© Arizona Game and Fish Dept.
In life he had a following. In death he leaves a legacy. Macho B, a jaguar who roamed the wildlands of southern Arizona for more than 13 years, died in March. His presence there was a reminder of a time when jaguars were more plentiful in this country, and a hopeful sign that the cats can and will return—if the U.S. Fish and Wildlife Service takes action to recover the species.
In March, following a lawsuit brought by Defenders of Wildlife, a federal court ruled that the agency must take another look at its decision not to develop a recovery plan for the jaguar. Considered endangered throughout their entire range from the Southwest to Patagonia, the big cats were nearly driven from the United States by predator control, hunting and habitat loss.
"Under the Bush administration, the Fish and Wildlife Service was willing to basically write the jaguar off because there are so few jaguars left in this country," says Eva Sargent, director of Defenders of Wildlife's Southwest program. "The United States is the jaguar's home, and we should take the actions necessary for it to recover here. We are thrilled with the court's decision and hope the Fish and Wildlife Service will now move quickly to initiate recovery planning and provide the jaguar with the full Endangered Species Act protections."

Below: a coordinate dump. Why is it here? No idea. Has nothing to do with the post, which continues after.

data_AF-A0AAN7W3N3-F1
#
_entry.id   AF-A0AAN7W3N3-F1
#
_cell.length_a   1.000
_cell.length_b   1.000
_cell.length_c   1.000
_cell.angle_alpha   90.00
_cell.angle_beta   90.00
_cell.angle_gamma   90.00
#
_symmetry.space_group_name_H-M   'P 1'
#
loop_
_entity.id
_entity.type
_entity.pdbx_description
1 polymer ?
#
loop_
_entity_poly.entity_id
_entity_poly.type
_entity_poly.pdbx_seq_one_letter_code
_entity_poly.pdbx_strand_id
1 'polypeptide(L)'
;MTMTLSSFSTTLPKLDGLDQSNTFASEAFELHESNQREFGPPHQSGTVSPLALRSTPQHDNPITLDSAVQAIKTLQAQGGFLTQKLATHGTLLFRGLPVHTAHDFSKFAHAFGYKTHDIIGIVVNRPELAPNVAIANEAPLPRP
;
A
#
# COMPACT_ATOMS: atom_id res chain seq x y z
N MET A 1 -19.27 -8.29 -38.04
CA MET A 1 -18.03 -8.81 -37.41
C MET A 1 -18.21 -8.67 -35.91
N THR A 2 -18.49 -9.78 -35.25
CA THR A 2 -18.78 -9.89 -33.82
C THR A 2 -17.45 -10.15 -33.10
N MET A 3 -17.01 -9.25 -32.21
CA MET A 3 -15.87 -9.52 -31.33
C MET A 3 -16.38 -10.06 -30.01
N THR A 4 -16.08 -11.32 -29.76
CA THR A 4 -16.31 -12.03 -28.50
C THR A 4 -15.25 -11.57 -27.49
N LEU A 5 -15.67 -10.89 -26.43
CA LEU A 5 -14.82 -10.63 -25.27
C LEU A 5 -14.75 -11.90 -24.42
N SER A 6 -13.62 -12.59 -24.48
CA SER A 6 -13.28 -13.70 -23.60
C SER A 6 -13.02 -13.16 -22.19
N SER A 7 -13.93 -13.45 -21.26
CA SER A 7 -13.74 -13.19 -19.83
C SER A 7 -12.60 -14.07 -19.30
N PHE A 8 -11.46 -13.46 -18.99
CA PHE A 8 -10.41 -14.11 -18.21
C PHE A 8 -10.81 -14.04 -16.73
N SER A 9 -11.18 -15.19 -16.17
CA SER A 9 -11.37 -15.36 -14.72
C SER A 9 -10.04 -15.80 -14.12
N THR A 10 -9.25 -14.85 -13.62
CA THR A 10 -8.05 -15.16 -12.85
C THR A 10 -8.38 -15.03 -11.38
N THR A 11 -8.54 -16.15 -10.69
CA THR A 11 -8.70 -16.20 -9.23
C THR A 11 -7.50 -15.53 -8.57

Researchers believe that jaguar habitat in the northern portion of the species' range is becoming increasingly important to the jaguar's existence as more forest land in Central and South America is destroyed to make way for agriculture and housing.
"The Bush administration treated the jaguar like an unwanted visitor, rather than a valuable part of the Southwest's desert ecosystem," says Sargent. "It is vitally important that the United States take a leadership role in helping to safeguard and recover the jaguar within our borders and beyond." The government has until next January to complete its review.
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